Museum of Water 2021/22
CALL FOR SUBMISSIONS: Co-Creator
Contract Dates: April – July 2021 (renewable in 2022)
About Museum of Water:
Museum of Water is a live artwork and collection of publicly donated water that tells stories of the people and places it comes from. It is an invitation to ponder this precious liquid, to think with water and to learn along its wavelengths. Artist Amy Sharrocks began collecting for Museum of Water on a street corner in central London in March 2013, before the Museum travelled across the UK for 3 years. Museum of Water has since travelled to different parts of Europe and across Western Australia. It will launch in Toronto as part of Luminato Festival 2021.
Museum of Water Ontario – Seeking Indigenous Co-Creator:
We are seeking an Indigenous Co-Creator to work in collaboration with Amy Sharrocks to imagine together what a Museum of Water Ontario might look like. An ideal Co-Creator is passionate about water and the stories of this land in relation to water. They have a curiosity or connection to the current knowledges of Ontario’s bodies of water, rivers, and tributaries and their significances pre-contact. They have an interest in speaking with people and listening closely to their stories; they are keen to investigate water knowledges as a collective and to think how the states of water and its fluid understandings might help us to challenge prevalent systems and imaginaries. They may be an artist, writer, activist, curator or all of the above.
This year the museum will be an online experience, and the Co-Creator is an artistic partnership role that will help to develop and design the initial virtual offering, which will then carry through to a physically-realized residency planned for Luminato Festival 2022. At present, the plan is to dismantle and adapt a form of virtual mapping so that it can support memory, not forgetting, and supporting water knowledges across Ontario.
The Co-Creator role entails:
- Co-development of a virtual mapping artwork, exploring together the platform and format, histories and artistic intentions, design and materials (to be logistically delivered by coders/web designers)
- Co-devise the methodologies for gathering contributions of water stories to the map – who will we reach out to, why and how?
- Co-write/author texts that go with the artwork – curatorial texts but also marketing texts and call outs
- Co-curate the public events programme
This call is also open to a group or collective interested in sharing the Co-Creator role.
This project is supported by a producing team at Luminato and the Co-Creator would be committing to weekly virtual production meetings, in addition to curatorial work sessions, as required. The contract for the initial phase offers a fee of $10,000 CAD (plus applicable HST) and would start from April 2021 – July 2021, with a second contract to carry the project through to June 2022, when there would be expected travel to Toronto.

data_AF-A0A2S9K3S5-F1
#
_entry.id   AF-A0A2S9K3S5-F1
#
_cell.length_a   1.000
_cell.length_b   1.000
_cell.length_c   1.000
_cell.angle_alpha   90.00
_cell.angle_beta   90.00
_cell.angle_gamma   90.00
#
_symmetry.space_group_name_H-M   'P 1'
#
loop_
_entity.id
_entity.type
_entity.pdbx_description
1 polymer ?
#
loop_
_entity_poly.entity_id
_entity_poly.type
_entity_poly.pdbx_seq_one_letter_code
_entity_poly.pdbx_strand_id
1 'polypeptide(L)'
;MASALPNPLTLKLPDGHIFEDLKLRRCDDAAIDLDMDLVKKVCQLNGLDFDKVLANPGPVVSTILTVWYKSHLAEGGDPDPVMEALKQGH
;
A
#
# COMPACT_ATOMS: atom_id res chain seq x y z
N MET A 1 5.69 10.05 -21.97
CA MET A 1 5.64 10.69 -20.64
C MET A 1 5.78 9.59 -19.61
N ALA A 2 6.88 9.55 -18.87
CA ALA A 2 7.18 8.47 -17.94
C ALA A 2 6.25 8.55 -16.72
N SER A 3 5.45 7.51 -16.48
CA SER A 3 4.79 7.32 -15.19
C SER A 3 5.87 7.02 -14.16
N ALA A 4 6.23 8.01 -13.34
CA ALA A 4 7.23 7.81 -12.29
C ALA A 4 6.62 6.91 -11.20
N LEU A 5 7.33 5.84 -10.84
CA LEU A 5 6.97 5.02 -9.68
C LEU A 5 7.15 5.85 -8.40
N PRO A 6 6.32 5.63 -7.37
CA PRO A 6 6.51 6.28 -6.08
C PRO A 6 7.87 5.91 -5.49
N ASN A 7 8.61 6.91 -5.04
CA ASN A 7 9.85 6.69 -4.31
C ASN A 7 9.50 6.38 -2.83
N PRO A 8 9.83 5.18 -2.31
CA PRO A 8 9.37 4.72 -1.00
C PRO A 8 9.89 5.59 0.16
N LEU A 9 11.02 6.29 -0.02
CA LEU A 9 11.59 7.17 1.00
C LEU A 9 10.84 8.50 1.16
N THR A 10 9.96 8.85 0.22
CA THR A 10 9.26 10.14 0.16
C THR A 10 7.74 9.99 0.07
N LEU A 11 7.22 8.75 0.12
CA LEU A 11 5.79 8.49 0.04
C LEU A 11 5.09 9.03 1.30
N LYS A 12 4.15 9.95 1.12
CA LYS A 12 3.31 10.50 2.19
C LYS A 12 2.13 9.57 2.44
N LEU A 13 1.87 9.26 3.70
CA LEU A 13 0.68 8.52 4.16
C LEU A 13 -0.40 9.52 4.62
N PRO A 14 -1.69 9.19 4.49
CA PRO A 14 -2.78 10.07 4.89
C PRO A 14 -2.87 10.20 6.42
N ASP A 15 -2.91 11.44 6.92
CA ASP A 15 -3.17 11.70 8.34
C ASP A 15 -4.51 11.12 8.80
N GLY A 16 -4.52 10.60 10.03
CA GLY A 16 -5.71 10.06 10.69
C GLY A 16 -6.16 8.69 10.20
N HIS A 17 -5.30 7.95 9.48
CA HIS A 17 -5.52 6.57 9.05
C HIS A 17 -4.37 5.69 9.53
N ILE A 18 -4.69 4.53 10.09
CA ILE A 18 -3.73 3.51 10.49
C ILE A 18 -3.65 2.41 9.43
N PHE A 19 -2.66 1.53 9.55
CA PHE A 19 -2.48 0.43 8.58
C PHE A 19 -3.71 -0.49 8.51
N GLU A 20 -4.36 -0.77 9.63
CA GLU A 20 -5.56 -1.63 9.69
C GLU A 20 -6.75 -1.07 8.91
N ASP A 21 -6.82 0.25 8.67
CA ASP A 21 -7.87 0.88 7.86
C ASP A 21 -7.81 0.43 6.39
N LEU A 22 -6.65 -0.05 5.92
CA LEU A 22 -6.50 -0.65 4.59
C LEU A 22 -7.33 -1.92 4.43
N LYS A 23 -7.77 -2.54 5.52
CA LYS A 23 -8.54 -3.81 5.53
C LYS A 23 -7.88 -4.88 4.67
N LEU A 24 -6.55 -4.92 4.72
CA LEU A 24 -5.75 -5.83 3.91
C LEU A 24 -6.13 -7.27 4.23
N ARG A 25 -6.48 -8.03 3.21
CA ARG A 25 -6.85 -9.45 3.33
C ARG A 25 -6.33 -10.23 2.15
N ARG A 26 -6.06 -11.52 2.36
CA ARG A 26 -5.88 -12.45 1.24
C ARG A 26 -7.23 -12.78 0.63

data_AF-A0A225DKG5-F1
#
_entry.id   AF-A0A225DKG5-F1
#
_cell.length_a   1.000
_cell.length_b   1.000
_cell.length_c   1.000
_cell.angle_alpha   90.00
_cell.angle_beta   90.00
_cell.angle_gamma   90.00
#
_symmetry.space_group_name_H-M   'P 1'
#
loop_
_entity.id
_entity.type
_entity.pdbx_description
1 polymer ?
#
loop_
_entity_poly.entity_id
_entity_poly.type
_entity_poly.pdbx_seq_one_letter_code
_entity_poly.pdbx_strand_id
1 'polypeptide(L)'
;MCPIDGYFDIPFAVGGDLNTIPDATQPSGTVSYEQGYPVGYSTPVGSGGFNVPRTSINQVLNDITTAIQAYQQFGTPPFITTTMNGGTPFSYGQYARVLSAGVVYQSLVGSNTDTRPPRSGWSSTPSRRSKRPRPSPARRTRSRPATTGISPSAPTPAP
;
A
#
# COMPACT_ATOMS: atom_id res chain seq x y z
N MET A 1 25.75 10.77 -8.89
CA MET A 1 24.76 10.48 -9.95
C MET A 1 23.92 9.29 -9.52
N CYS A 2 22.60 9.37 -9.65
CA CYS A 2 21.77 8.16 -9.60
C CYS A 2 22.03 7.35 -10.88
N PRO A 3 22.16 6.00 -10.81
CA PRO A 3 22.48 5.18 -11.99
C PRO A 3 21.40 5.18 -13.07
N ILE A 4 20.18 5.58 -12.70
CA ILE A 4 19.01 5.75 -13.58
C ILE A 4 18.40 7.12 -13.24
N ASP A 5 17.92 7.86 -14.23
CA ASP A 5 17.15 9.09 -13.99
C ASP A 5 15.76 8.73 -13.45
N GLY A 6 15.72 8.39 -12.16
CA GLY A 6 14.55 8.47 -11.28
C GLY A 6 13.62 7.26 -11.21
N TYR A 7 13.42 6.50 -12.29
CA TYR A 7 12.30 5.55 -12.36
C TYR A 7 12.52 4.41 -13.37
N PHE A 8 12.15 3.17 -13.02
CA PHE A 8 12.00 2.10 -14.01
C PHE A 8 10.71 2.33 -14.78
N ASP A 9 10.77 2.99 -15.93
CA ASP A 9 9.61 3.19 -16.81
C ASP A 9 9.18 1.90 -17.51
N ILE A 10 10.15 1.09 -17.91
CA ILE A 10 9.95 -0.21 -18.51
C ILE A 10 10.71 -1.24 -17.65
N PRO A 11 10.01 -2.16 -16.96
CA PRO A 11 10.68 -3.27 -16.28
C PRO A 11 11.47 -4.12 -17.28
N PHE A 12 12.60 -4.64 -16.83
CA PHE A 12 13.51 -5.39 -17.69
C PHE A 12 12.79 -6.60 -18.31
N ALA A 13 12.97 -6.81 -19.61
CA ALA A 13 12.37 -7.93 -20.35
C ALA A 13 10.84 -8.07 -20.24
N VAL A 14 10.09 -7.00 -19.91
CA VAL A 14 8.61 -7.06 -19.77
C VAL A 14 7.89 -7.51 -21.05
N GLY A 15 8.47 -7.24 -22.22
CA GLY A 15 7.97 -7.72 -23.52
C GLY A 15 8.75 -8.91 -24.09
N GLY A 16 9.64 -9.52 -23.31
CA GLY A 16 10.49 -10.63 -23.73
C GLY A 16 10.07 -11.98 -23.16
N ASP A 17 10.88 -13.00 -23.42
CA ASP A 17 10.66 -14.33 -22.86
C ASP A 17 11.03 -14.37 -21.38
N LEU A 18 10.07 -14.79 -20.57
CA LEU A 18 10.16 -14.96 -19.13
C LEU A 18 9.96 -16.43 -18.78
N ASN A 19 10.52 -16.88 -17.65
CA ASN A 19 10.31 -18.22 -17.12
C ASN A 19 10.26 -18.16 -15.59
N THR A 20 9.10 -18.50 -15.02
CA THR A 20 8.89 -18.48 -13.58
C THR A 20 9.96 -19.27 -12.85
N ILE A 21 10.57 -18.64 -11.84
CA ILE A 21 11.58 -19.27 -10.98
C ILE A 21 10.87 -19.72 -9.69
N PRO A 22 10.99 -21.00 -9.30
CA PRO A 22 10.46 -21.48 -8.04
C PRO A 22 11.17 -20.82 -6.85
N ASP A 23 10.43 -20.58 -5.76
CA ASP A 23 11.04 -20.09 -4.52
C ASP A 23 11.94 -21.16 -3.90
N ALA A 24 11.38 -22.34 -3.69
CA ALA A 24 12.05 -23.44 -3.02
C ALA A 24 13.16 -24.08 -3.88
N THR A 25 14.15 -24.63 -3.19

This is an invitation to work together in collective action, with a commitment to equal development of the work. We hope you will join us.
We are hoping to have a Co-Creator confirmed by April 15, early submissions are encouraged.
Expressions of interest can be submitted via writing, video, or audio recording. Please introduce yourself, share your interest in the work or tell us a story about water. Submissions can be sent by email to Alison Wong, at firstname.lastname@example.org.
Links for more information:
Acknowledgement of Land and Water:
In Western Australia the esteemed Noongar elder Dr Richard Whalley talked of ‘the community of water’. He spoke about water as ‘the epicentre of social cohesion’. Museum of Water recognizes there is no chance for any community of water while many communities do not have access to fresh water. Prioritising questions of access, refusing partition and pollution, centring its work in Indigenous rights to land and water, Museum of Water hopes to support an acknowledgement of water in Toronto.
Built on a belief in the power of witnessing, it is of utmost importance that a Museum of Water in Ontario does not repeat colonial power dynamics, including the violences of museumhood and mapmaking. Any consideration of water has to take into account the violent histories of water, the current inequalities, politics of ownership and enclosure, local and global power struggles. We are hoping to make partnerships over two years that can both support local grassroots movements and contribute to the development of new systems of care. We are keen to bring together a creative team to interrogate the nature of museumhood and the dangers of collecting in order to investigate new structures for collective action and mutual aid.